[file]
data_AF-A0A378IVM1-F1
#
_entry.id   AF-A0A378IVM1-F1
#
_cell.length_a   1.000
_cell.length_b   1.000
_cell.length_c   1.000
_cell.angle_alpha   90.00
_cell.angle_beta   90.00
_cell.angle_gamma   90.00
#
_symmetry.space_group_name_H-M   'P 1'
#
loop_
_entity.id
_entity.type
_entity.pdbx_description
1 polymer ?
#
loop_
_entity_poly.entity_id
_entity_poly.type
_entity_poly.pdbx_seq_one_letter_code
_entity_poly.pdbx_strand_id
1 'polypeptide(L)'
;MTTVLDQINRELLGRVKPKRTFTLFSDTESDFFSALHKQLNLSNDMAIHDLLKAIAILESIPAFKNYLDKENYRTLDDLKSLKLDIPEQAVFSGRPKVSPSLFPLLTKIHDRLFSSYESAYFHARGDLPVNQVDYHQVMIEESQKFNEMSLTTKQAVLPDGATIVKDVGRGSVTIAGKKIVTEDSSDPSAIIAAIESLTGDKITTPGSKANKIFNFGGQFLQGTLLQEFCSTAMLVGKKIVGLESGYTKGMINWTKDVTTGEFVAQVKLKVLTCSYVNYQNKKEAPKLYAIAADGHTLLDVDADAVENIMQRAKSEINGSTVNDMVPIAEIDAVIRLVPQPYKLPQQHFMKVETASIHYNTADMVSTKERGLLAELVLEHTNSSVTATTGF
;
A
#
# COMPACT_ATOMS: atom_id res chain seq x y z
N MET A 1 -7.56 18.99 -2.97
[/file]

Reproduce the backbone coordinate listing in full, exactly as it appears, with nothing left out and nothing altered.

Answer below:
data_AF-A0A378IVM1-F1
#
_entry.id   AF-A0A378IVM1-F1
#
_cell.length_a   1.000
_cell.length_b   1.000
_cell.length_c   1.000
_cell.angle_alpha   90.00
_cell.angle_beta   90.00
_cell.angle_gamma   90.00
#
_symmetry.space_group_name_H-M   'P 1'
#
loop_
_entity.id
_entity.type
_entity.pdbx_description
1 polymer ?
#
loop_
_entity_poly.entity_id
_entity_poly.type
_entity_poly.pdbx_seq_one_letter_code
_entity_poly.pdbx_strand_id
1 'polypeptide(L)'
;MTTVLDQINRELLGRVKPKRTFTLFSDTESDFFSALHKQLNLSNDMAIHDLLKAIAILESIPAFKNYLDKENYRTLDDLKSLKLDIPEQAVFSGRPKVSPSLFPLLTKIHDRLFSSYESAYFHARGDLPVNQVDYHQVMIEESQKFNEMSLTTKQAVLPDGATIVKDVGRGSVTIAGKKIVTEDSSDPSAIIAAIESLTGDKITTPGSKANKIFNFGGQFLQGTLLQEFCSTAMLVGKKIVGLESGYTKGMINWTKDVTTGEFVAQVKLKVLTCSYVNYQNKKEAPKLYAIAADGHTLLDVDADAVENIMQRAKSEINGSTVNDMVPIAEIDAVIRLVPQPYKLPQQHFMKVETASIHYNTADMVSTKERGLLAELVLEHTNSSVTATTGF
;
A
#
# COMPACT_ATOMS: atom_id res chain seq x y z
N MET A 1 -7.56 18.99 -2.97